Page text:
Series: Iron Druid Chronicles #5
Format Read: eGalley
Release Date: November 27, 2012
Buying Links: Amazon Barnes & Noble The Book Depository
Book Blurb (from goodreads):
After twelve years of secret training, Atticus O’Sullivan is finally ready to bind his apprentice, Granuaile, to the earth and double the number of Druids in the world. But on the eve of the ritual, the world that thought he was dead abruptly discovers that he’s still alive, and they would much rather he return to the grave.
Having no other choice, Atticus, his trusted Irish wolfhound, Oberon, and Granuaile travel to the base of Mount Olympus, where the Roman god Bacchus is anxious to take his sworn revenge—but he’ll have to get in line behind an ancient vampire, a band of dark elves, and an old god of mischief, who all seem to have KILL THE DRUID at the top of their to-do lists.
Reviewed By: Bea
"They were once merely Druids, you say. The Tuatha De' Danann."
"Yes, but they were skilled in their own magic even before that."
"How did they become gods? What powers did they accrue when they did?
"They became gods once people worshipped them as such. They became vessels for Celtic faith, tuning forks for our yearnings, keepers of our hopes and prayers. And the powers they gained were those assigned to them by worshippers. Manannan Mac Lir was not a psychopomp until people thought he was; he was only a Druid with some extra powers in the sea."....
"Godhead transcends generations and requires the concerted belief of a large number of people." ....
"The connection is that there are clearly some powers and processes in the universe we simply don't understand yet. They are ineffable-for now. I don't know how it's possible for Gaia to have a magical nature. And the Tuatha De' Danann cannot tell you how, precisely, they gained the powers of gods on top of the powers of Druids. But they can tell you they didn't always possess them. Some grew slowly, and some were discovered abruptly. And it's no different with any other gang of gods....the smart ones will tell you they're not sure how they got the gig they got and they don't remember creating humanity, much less the world. For most of space and time, they weren't there; and then, one day, they were, complete with a small but hopefully growing collection of praying humans."....
"Nobody has the answer, do they?" she asked quietly.
"No. I'm sorry."Bea's Thoughts:
I love this series, I don't ever want it to end. Hearne takes mythology and Druidry and brings them to the modern world in stories that are full of action, humor, religious and philosophical discussion, pop culture references, a little romance, strong plotting and in-depth characterization. All but one have been four and five star reads for me (over on goodreads since I don't use ratings here.) I gave this one four stars.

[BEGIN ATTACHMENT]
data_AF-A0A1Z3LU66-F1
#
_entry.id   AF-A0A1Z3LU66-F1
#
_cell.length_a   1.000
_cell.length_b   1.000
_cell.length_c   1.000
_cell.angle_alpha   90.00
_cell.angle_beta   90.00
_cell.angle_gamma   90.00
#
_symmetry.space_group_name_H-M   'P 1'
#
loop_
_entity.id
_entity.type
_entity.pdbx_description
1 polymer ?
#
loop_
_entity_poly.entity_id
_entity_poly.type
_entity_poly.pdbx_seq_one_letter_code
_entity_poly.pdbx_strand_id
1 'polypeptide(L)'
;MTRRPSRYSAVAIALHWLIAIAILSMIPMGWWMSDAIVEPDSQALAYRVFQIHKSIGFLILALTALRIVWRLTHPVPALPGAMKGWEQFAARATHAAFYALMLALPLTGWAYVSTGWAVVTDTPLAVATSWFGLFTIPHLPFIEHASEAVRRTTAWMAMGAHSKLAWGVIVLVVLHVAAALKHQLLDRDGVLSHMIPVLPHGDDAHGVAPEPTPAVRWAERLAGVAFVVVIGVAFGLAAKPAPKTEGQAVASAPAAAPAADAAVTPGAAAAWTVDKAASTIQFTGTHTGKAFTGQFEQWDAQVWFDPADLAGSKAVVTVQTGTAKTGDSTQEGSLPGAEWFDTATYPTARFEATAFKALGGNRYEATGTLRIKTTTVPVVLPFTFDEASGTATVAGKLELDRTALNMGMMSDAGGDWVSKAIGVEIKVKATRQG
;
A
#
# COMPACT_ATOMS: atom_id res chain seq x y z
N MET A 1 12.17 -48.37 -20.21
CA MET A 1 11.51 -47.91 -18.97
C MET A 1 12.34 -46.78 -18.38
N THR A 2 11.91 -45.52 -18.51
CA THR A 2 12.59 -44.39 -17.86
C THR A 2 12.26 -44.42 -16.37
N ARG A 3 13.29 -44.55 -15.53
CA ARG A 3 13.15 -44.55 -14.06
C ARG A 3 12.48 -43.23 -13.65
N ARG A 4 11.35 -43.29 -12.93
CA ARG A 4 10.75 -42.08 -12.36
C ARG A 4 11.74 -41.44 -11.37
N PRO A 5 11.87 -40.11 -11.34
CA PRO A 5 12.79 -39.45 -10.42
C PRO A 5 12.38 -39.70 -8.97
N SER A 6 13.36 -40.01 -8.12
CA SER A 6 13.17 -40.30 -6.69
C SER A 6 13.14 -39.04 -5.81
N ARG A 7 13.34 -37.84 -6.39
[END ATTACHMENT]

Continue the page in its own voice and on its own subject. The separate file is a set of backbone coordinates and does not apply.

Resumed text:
Life is rarely dull with Atticus around, especially as he tends to speak without thinking first. It's that tendency that gets him into so much trouble. His words have unintended consequences and then he has to to try to clean up and make amends. For the most part, Atticus is a live and let live guy; you leave him alone and he'll leave you alone. But if you mess with something or someone that matters to him, he gets involved. Between that and his speak first, think later tendency, he winds up in many adventures. He's an honorable man and always repays his debts.
Those debts come calling as he's trying to finish up the last stage of Granuaile's Druid training.They are constantly interrupted, there are numerous assassination attempts on their lives, and finding out who is responsible and the connections amongst everything going on is one heck of a roller coaster ride. Along the way, Atticus and Granuaile hang out with a sea god, see Amelia Earhart (and oh boy, was Granuaile NOT HAPPY about that), Atticus finally admits he's attracted to Granuaile, they meet new elementals and oh yes, they go to Hel. :D
Hearne winds up some storylines from earlier books, advances others and introduces new ones. I was a bit concerned when I first found out that this book takes place twelve years in the future, but it wasn't a problem at all. For most of the book, they are out in the wilderness or off in other planes of reality. The few times Atticus and Granuaile are in the modern world, Hearne keeps the details vague enough that it feels current but not stagnant.
The pace is fast, the plot convoluted but tightly woven, it's a nearly perfect story. "Trapped" is an excellent addition to the series and I'm counting down the days to the next one. Now, go to your favorite book store or book site and buy this book.
Some favorite quotes:
"Oh yeah, I forgot. Irish wolfhounds are the ultimate accessory for humans."
"So they've decided you're a tad easier to kill. Nothin' personal, y'see. It's not your fault that your life is in the way of their personal ambition." "Silly of me to be offended, then."
Dark tangles of hair, groomed by static or maybe playful kittens, provided stark chaotic frames for pale symmetrical faces.
People go into sporting goods stores ostensibly to prepare themselves to get closer to nature, but, in fact, every time they buy another plastic doodad, they're doing just the opposite.
"You sent in the clowns?" I said into the phone.
Druid's Log, July 15: Dark elves are not only quick and efficient killers but creative and pyrotechnically inclined ones. (I love the Star Trek reference and it's not the only one in the book.)
I beamed at him. "You're my favorite sea god, you know." "Aw, get your nose out of me arse. Just make life interestin' as ye promised." (That of course is something that Atticus has no trouble doing.)Really, go pre-order the book NOW!
I received an eARC from the publisher for review.